A major factor affecting morale is the tardy response to problems of the defence services by civilian authority. Civil administration must be made accountable to inaction on the requests made by servicemen. Now everything rests on personal liaison. Massive upgradation of appointments in the civil administration has skewed the working relationship with the Army. Now a DIG has to be approached in a district HQ instead of the old ‘Kaptan Saheb’ who would invariably respond to a letter written by a Commanding Officer. The downward slide of the status of Service men is to a large extent responsible for inattention to soldiers’ problems. The media has covered the rising loss of life due to suicides. These are generally not due to service matters but domestic problems gnawing at the morale of soldiers. There must be a mechanism at the Area HQ level to report such cases of callousness and remedy inaction on the part of civil administration.
It is a great tradition in the Infantry that officers learn and speak in the regimental language. The other Arms and Services need to foster this tradition. I spent many years in Rajasthan, learnt the language and also learnt how to tie a ‘safa’ and twirl two swords, a lost martial art. If one doesn’t learn the language at least learn some folk songs of the men. I attached a lot of importance to singing. All seasoned armies had singing, en masse, as an important part of military routine. I believe that the way a person sings is the barometer of his soul. During my visits to units, I encouraged this activity and closely observed how the men sang. If the singing was full throated and with gusto I would know that everything was alright. I also observed if officers joined the men in singing. Men just love the officers who join in this merriment.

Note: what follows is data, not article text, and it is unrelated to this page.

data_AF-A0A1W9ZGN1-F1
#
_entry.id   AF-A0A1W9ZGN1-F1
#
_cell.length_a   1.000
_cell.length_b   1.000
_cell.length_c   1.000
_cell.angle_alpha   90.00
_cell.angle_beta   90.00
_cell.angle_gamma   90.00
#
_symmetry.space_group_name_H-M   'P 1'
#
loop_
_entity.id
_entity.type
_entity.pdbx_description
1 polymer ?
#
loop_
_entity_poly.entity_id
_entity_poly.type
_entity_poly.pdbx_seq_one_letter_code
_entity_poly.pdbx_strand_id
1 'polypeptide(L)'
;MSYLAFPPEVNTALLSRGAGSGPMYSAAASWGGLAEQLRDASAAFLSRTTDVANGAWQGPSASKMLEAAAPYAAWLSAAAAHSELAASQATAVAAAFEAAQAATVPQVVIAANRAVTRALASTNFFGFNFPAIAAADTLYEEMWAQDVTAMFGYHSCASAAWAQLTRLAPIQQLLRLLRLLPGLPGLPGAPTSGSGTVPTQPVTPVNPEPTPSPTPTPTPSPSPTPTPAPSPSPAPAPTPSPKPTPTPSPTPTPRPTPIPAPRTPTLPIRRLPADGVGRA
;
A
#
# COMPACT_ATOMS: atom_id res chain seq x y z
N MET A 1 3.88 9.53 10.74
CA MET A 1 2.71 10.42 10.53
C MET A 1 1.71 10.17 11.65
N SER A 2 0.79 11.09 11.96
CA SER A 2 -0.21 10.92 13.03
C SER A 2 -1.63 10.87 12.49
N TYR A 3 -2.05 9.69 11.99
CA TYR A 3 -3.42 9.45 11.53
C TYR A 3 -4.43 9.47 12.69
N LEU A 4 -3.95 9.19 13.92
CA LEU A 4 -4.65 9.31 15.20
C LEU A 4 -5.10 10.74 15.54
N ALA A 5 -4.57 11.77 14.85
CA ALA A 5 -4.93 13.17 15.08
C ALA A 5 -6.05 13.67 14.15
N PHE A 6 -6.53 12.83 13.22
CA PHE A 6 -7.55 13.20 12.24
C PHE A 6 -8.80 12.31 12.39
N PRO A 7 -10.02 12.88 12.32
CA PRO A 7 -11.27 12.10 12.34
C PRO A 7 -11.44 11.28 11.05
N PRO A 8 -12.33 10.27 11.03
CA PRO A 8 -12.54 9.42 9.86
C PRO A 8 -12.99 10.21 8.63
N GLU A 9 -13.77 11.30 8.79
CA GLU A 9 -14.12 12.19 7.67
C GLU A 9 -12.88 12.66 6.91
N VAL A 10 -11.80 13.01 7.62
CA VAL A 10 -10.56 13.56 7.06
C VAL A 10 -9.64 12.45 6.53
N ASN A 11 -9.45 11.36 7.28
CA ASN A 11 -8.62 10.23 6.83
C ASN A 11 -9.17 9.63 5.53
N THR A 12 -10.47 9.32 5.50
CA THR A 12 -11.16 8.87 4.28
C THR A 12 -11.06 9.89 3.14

I found games to be an ideal antidote for relieving built up tensions in men. I have been accused of laying too much stress on the value of games. Games are an essential part of soldiering and the Army rightly places importance on this important facet of life. Team games are important but so are games which officers can play to foster camaraderie. I will touch upon the sensitive subject of golf being projected as elitist and now fashionable to deride. Reports indicate that it has been banned in Kashmir Valley. Maybe someone overdid it in Uri. When I demitted command of my corps in North East there were unfair remarks that ‘too much time was being devoted to golf’ in my formation. When one lives in a fortified camp, which my Corps HQ was, what else was there to do during the short leisure hours available? The choice was between an afternoon siesta or golf. I chose the latter and encouraged others also. It gave them a chance to come out of their offices, interact with one another and let off steam. Striking a ball hard, with a club, was therapy. During my service, I have designed three ‘Improvised Golf Courses’ the details of which are given in my book.
Humour is another tool to dissipate tensions. It is the spice of life. The men do not appreciate cartoon type humour but jokes in their vernacular carry the day. The officers, on the other hand, could do with a little bit of laughter. In my book, I have attached some cartoons made by army friends to show how much talent we have and how we appreciate the funny side of life.
In the old days officers participated in adventure activities, wrote about their experiences, cultivated hobbies and participated in shikar. This was the best training ground for a soldier. It taught marksmanship, tracking, sense of direction, sharpened reflexes and inculcated guts. Shikar is now banned, and rightly so, and a substitute for it can’t be replicated. Officers must be encouraged to participate in adventure sports, competitive shooting and travel.
The young officers of today are intelligent, hardworking and raring to go, though a little over ambitious. A soldier must have ambition. Mine was to command my Regiment and I treated every subsequent promotion as a bonus. The energies of our young officers have to be channelised in the right direction. They have to be taught that happiness and contentment is a state of mind. One can be miserable even in Paradise — if one wants to be. They have to be taught that the army is no profession for a money-making mind. It is a vocation for a person who wants to pursue an honourable way of making a living. No job can offer a better quality of life.
The Sarkari Mussalman: The Life and Travails of a Soldier Educationist
Lt Gen. Zameeruddin Shah PVSM, SM, VSM (retd)
Konark Publishers, Rs 695, Pg 216